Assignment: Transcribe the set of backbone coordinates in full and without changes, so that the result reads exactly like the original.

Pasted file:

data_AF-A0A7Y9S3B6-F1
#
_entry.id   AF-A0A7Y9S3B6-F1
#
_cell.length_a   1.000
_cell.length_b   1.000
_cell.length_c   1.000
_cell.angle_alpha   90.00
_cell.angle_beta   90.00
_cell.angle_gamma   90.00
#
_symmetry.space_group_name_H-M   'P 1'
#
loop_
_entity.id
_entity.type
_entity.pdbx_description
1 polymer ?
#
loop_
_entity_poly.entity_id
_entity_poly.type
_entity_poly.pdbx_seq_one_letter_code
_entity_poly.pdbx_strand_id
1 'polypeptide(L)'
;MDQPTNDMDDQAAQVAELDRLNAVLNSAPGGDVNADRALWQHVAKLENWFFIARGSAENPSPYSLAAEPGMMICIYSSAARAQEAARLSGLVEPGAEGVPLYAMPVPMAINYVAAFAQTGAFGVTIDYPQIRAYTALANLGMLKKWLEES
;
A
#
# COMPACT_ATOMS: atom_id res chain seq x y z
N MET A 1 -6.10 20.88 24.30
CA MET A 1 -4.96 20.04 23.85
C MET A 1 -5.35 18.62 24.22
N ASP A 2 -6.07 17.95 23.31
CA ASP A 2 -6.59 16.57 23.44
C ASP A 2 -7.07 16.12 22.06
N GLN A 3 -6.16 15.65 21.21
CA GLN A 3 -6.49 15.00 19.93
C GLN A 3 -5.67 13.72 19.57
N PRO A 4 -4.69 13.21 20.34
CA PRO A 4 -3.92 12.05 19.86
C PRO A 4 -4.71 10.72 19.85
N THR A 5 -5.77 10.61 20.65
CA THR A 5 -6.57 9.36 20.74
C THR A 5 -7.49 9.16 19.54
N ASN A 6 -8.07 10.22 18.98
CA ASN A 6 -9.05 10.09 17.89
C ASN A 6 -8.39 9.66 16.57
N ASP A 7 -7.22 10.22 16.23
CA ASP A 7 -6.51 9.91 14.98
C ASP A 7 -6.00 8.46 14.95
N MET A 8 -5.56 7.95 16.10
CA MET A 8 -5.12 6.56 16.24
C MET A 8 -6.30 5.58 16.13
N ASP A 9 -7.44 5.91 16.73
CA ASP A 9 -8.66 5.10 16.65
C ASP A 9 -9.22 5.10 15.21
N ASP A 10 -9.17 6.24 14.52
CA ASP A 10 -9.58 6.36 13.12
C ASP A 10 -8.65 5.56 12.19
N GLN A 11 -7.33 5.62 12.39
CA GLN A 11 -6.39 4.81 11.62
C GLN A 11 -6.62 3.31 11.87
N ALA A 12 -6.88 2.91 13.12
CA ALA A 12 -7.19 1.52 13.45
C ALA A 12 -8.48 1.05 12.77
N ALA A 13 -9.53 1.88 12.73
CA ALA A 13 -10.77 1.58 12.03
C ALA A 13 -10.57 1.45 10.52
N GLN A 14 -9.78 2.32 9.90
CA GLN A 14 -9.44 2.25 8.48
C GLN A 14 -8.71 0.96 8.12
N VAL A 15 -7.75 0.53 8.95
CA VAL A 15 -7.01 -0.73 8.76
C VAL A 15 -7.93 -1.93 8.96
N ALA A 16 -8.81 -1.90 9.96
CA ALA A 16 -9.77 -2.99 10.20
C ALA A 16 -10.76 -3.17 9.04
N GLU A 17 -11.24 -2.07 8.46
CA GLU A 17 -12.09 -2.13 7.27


data_AF-A0A7Y9S3B6-F1
#
_entry.id   AF-A0A7Y9S3B6-F1
#
_cell.length_a   1.000
_cell.length_b   1.000
_cell.length_c   1.000
_cell.angle_alpha   90.00
_cell.angle_beta   90.00
_cell.angle_gamma   90.00
#
_symmetry.space_group_name_H-M   'P 1'
#
loop_
_entity.id
_entity.type
_entity.pdbx_description
1 polymer ?
#
loop_
_entity_poly.entity_id
_entity_poly.type
_entity_poly.pdbx_seq_one_letter_code
_entity_poly.pdbx_strand_id
1 'polypeptide(L)'
;MDQPTNDMDDQAAQVAELDRLNAVLNSAPGGDVNADRALWQHVAKLENWFFIARGSAENPSPYSLAAEPGMMICIYSSAARAQEAARLSGLVEPGAEGVPLYAMPVPMAINYVAAFAQTGAFGVTIDYPQIRAYTALANLGMLKKWLEES
;
A
#
# COMPACT_ATOMS: atom_id res chain seq x y z
N MET A 1 -6.10 20.88 24.30
CA MET A 1 -4.96 20.04 23.85
C MET A 1 -5.35 18.62 24.22
N ASP A 2 -6.07 17.95 23.31
CA ASP A 2 -6.59 16.57 23.44
C ASP A 2 -7.07 16.12 22.06
N GLN A 3 -6.16 15.65 21.21
CA GLN A 3 -6.49 15.00 19.93
C GLN A 3 -5.67 13.72 19.57
N PRO A 4 -4.69 13.21 20.34
CA PRO A 4 -3.92 12.05 19.86
C PRO A 4 -4.71 10.72 19.85
N THR A 5 -5.77 10.61 20.65
CA THR A 5 -6.57 9.36 20.74
C THR A 5 -7.49 9.16 19.54
N ASN A 6 -8.07 10.22 18.98
CA ASN A 6 -9.05 10.09 17.89
C ASN A 6 -8.39 9.66 16.57
N ASP A 7 -7.22 10.22 16.23
CA ASP A 7 -6.51 9.91 14.98
C ASP A 7 -6.00 8.46 14.95
N MET A 8 -5.56 7.95 16.10
CA MET A 8 -5.12 6.56 16.24
C MET A 8 -6.30 5.58 16.13
N ASP A 9 -7.44 5.91 16.73
CA ASP A 9 -8.66 5.10 16.65
C ASP A 9 -9.22 5.10 15.21
N ASP A 10 -9.17 6.24 14.52
CA ASP A 10 -9.58 6.36 13.12
C ASP A 10 -8.65 5.56 12.19
N GLN A 11 -7.33 5.62 12.39
CA GLN A 11 -6.39 4.81 11.62
C GLN A 11 -6.62 3.31 11.87
N ALA A 12 -6.88 2.91 13.12
CA ALA A 12 -7.19 1.52 13.45
C ALA A 12 -8.48 1.05 12.77
N ALA A 13 -9.53 1.88 12.73
CA ALA A 13 -10.77 1.58 12.03
C ALA A 13 -10.57 1.45 10.52
N GLN A 14 -9.78 2.32 9.90
CA GLN A 14 -9.44 2.25 8.48
C GLN A 14 -8.71 0.96 8.12
N VAL A 15 -7.75 0.53 8.95
CA VAL A 15 -7.01 -0.73 8.76
C VAL A 15 -7.93 -1.93 8.96
N ALA A 16 -8.81 -1.90 9.96
CA ALA A 16 -9.77 -2.99 10.20
C ALA A 16 -10.76 -3.17 9.04
N GLU A 17 -11.24 -2.07 8.46
CA GLU A 17 -12.09 -2.13 7.27